To make an alien you select a head and body mould from the selection provided, they are the little bits you can see above, and come in a good range of alien incarnations and are all interchangeable, you can select alien feet or flippers and choose from alien faces with googly eyes - they are all pretty cute looking. The moulds fit very easily into the hatch of the UFO, my children have had no problem doing this at all and enjoy varying the pieces they choose. There's a little void below the hatch into which you put the compound (aka play dough), you press down the mould which makes an impression which is then filled by gel. I've found my children able to do this too, once they got the idea that the gel has to be used to fill the impression in the dough just to the top. You can use one or many colours to do this, the bottles are easily squeezed by little hands.
That done you put a circle of the compound on top of the gel so that the alien is encased (a cutter and roller are included to do this part) and wait 5 minutes as directed, we used a timer we own for this part. The alien is then complete and can be removed with the tweezers that are provided. Generally they have set in that time and if there is excess around the body the alien can be trimmed with the little knife that comes with the kit. I've no idea how the set works, I guess the dough must be some sort of catalyst for the gel which otherwise remains in liquid form.
What is created by the kit to you or me probably seems a bit pointless, as I said at the start it makes a jelly like little alien. To kids, they are fantastic little beings who seem to be cherished and actually played with. I think the fact that you can vary the colours of them and the body parts you choose, with 14 different body parts there is plenty of possible variations. You can buy refill parts for the set, and the aliens, once made do last a reasonable amount of time, the instructions warn you that they will dry out and harden eventually, which they do, but if stored as they suggest in an airtight container they do last long enough to ensure no child trauma.
It's good to know that the "Matter" is non toxic, I've found the whole thing to be pretty mess-free, there is a warning that the gel can stain some items, but it seemed to come off the eldest's white t-shirt with no problems. The dough, like normal play dough, if dropped on the floor does harden and can be removed fairly easily - generally I have a pretty laissez-faire attitude to this sort of thing as long as it is confined to the kids' room, if you are more house-proud than me you might find this an issue, however thus far not too much mess has been made with this kit which has been played with extensively.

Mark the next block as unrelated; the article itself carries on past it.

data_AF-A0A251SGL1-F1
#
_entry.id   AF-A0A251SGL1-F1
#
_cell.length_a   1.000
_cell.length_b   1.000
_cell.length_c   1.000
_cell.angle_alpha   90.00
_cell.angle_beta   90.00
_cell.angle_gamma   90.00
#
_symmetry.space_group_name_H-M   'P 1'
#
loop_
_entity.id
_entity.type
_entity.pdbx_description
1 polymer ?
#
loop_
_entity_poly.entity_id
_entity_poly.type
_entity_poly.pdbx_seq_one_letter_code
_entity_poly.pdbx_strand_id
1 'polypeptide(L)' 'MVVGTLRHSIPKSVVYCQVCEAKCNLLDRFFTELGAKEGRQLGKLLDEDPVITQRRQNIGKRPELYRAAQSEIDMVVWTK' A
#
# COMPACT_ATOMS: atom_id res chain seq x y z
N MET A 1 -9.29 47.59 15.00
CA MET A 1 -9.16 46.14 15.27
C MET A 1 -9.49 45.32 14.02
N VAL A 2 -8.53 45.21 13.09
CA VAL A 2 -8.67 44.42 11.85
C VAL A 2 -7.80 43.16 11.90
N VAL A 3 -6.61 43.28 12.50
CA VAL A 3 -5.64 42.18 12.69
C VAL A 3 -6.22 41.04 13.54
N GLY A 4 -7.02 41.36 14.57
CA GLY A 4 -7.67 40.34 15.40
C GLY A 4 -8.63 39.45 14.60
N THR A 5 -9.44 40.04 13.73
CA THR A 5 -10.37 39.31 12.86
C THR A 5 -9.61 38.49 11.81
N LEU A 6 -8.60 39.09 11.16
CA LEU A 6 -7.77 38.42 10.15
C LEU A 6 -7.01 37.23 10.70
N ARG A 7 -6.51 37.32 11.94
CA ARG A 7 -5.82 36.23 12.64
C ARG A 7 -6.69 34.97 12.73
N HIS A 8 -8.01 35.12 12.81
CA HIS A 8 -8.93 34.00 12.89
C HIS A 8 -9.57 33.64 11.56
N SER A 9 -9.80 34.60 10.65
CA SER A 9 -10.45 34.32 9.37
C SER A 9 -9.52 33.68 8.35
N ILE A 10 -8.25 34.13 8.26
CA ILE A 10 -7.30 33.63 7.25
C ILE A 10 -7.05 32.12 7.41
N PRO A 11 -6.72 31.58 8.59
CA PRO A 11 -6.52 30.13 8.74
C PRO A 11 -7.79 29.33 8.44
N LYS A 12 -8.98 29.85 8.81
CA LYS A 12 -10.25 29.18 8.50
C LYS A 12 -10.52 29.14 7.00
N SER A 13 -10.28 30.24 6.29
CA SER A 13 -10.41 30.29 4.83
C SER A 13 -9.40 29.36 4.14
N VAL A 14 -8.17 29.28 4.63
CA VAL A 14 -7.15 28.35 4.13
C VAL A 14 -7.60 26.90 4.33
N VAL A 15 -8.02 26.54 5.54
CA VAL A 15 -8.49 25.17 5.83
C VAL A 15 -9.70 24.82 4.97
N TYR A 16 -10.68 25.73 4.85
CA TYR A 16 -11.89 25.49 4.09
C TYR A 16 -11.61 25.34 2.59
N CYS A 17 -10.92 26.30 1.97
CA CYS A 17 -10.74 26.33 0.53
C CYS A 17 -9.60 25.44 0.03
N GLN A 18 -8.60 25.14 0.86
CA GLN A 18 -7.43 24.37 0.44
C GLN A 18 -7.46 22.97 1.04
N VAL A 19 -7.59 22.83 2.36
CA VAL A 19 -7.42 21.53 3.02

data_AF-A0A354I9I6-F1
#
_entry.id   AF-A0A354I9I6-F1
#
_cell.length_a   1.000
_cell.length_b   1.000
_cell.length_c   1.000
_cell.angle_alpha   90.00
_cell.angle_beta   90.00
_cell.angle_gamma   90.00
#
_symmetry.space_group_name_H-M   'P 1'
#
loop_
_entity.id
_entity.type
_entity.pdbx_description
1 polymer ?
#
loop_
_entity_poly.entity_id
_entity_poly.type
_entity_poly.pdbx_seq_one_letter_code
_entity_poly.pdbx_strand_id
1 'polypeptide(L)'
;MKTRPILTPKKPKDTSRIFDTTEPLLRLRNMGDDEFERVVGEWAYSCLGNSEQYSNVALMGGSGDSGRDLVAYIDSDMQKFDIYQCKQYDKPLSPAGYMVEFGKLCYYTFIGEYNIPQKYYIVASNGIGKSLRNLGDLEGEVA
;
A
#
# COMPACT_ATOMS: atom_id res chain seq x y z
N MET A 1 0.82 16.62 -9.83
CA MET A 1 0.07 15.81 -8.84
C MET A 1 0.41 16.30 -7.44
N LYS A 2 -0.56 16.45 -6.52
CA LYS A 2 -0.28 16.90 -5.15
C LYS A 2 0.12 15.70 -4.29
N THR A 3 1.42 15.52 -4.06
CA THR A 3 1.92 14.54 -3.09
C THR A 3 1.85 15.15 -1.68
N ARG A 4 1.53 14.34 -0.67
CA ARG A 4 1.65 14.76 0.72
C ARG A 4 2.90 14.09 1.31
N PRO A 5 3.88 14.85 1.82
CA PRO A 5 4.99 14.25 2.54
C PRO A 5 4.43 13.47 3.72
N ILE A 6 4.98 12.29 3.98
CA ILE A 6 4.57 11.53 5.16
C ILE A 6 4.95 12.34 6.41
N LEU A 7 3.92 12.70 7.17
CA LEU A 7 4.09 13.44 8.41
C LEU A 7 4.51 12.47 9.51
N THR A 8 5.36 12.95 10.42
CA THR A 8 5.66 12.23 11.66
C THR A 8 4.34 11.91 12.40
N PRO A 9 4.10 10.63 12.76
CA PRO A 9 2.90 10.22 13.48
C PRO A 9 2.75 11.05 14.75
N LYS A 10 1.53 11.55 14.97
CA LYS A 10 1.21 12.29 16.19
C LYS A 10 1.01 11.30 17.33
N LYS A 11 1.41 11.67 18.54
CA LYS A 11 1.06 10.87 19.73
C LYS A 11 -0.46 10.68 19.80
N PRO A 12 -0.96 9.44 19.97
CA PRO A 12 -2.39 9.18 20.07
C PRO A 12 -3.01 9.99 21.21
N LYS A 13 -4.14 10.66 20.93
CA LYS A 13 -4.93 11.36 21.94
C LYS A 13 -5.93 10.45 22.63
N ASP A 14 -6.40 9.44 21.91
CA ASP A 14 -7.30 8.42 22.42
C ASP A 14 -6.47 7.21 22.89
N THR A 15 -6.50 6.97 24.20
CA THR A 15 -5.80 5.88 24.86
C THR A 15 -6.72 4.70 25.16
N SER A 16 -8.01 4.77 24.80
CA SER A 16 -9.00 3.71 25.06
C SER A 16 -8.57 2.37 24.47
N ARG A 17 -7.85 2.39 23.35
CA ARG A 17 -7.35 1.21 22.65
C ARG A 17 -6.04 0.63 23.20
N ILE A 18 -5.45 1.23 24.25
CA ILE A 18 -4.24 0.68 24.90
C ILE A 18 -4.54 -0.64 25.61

As my friend said it is a great toy for co-operative play, and I like the fact that very little adult input is required in the process. My eldest daughter informs me, having played around with the timer, that the optimum setting time for aliens is 5 minutes 30 seconds, in any case she has had great fun finding this out, and the Aliens have had a house made for them and been welcomed into the Toy Fold with enthusiasm.
Overall this item has been designed pretty well. My one criticism would be that the ship doesn't fit back into the box unless you disassemble it, the ship is a bit of a gimmick really, it's just a nice idea but could be smaller, it has a few pods to store your manufactured aliens in and a few slots to put the various other bits of the kits in, but mainly it's decorative.
Price wise I think at the £8 or so this is currently on sale for it is pretty fair value, especially as you can buy refill kits of the matter once all yours is used up. I wouldn't pay much more than this for the kit however. We have had this for a while and it is definitely not a one-off "enjoyed once and put away forever" toy at all. I've just bought some more of these for my own stock of party gifts, The Entertainer have them on offer for £5 which is, quite frankly, a bargain, they have the refills for £1 and £2 too, which I have purchased for our own use, though the original 177ml bottles seem to go a long way.
I would think that you will like this item if your children enjoy making things, it has certainly kept my kids amused and got their imaginations working overtime, which, to me, is the sign of a good toy. Highly recommended.
Martian Matter Alien Maker was one of those products that my oldest son had seen advertised on TV and commented on, so I kept it mind as one of his presents for his seventh birthday a few months ago. I managed to pick this up for around a tenner at Toys R Us which seemed like a good price at the time, only to then discover it for sale in our local Home Bargains for only £5. Just my luck!